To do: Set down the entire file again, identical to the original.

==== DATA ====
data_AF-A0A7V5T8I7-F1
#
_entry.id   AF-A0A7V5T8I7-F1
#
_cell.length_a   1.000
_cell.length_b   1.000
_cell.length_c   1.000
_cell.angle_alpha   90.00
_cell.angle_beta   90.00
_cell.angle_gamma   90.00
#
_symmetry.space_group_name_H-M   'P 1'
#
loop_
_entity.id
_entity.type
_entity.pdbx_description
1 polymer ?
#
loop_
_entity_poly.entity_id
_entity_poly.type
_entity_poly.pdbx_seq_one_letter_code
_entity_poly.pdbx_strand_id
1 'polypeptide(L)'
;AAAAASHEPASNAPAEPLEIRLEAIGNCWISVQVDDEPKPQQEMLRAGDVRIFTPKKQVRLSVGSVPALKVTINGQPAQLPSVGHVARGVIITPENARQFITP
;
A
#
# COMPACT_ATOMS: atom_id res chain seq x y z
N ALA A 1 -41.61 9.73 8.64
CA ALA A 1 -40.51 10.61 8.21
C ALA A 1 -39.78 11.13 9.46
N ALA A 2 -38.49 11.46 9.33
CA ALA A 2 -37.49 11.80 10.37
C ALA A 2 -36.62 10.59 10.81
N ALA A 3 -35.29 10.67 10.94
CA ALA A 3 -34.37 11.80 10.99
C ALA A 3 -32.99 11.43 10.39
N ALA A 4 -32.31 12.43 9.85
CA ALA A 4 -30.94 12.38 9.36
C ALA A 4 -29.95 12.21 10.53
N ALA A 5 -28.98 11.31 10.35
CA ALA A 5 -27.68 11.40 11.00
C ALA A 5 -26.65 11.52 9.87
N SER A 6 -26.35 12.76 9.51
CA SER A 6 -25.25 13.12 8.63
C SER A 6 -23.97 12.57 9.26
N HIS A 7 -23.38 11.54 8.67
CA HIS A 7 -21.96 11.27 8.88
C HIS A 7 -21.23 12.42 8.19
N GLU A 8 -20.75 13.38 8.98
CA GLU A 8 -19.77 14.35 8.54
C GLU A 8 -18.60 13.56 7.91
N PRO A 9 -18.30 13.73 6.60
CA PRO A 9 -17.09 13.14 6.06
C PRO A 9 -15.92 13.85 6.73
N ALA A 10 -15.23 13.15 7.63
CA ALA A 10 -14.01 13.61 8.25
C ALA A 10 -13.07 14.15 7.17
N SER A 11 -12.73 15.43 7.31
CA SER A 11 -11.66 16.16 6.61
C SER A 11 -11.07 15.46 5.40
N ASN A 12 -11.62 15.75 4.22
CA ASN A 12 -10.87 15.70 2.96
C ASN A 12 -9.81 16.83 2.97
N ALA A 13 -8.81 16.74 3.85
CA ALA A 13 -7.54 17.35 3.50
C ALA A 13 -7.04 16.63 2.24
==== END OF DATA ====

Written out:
data_AF-A0A7V5T8I7-F1
#
_entry.id   AF-A0A7V5T8I7-F1
#
_cell.length_a   1.000
_cell.length_b   1.000
_cell.length_c   1.000
_cell.angle_alpha   90.00
_cell.angle_beta   90.00
_cell.angle_gamma   90.00
#
_symmetry.space_group_name_H-M   'P 1'
#
loop_
_entity.id
_entity.type
_entity.pdbx_description
1 polymer ?
#
loop_
_entity_poly.entity_id
_entity_poly.type
_entity_poly.pdbx_seq_one_letter_code
_entity_poly.pdbx_strand_id
1 'polypeptide(L)'
;AAAAASHEPASNAPAEPLEIRLEAIGNCWISVQVDDEPKPQQEMLRAGDVRIFTPKKQVRLSVGSVPALKVTINGQPAQLPSVGHVARGVIITPENARQFITP
;
A
#
# COMPACT_ATOMS: atom_id res chain seq x y z
N ALA A 1 -41.61 9.73 8.64
CA ALA A 1 -40.51 10.61 8.21
C ALA A 1 -39.78 11.13 9.46
N ALA A 2 -38.49 11.46 9.33
CA ALA A 2 -37.49 11.80 10.37
C ALA A 2 -36.62 10.59 10.81
N ALA A 3 -35.29 10.67 10.94
CA ALA A 3 -34.37 11.80 10.99
C ALA A 3 -32.99 11.43 10.39
N ALA A 4 -32.31 12.43 9.85
CA ALA A 4 -30.94 12.38 9.36
C ALA A 4 -29.95 12.21 10.53
N ALA A 5 -28.98 11.31 10.35
CA ALA A 5 -27.68 11.40 11.00
C ALA A 5 -26.65 11.52 9.87
N SER A 6 -26.35 12.76 9.51
CA SER A 6 -25.25 13.12 8.63
C SER A 6 -23.97 12.57 9.26
N HIS A 7 -23.38 11.54 8.67
CA HIS A 7 -21.96 11.27 8.88
C HIS A 7 -21.23 12.42 8.19
N GLU A 8 -20.75 13.38 8.98
CA GLU A 8 -19.77 14.35 8.54
C GLU A 8 -18.60 13.56 7.91
N PRO A 9 -18.30 13.73 6.60
CA PRO A 9 -17.09 13.14 6.06
C PRO A 9 -15.92 13.85 6.73
N ALA A 10 -15.23 13.15 7.63
CA ALA A 10 -14.01 13.61 8.25
C ALA A 10 -13.07 14.15 7.17
N SER A 11 -12.73 15.43 7.31
CA SER A 11 -11.66 16.16 6.61
C SER A 11 -11.07 15.46 5.40
N ASN A 12 -11.62 15.75 4.22
CA ASN A 12 -10.87 15.70 2.96
C ASN A 12 -9.81 16.83 2.97
N ALA A 13 -8.81 16.74 3.85
CA ALA A 13 -7.54 17.35 3.50
C ALA A 13 -7.04 16.63 2.24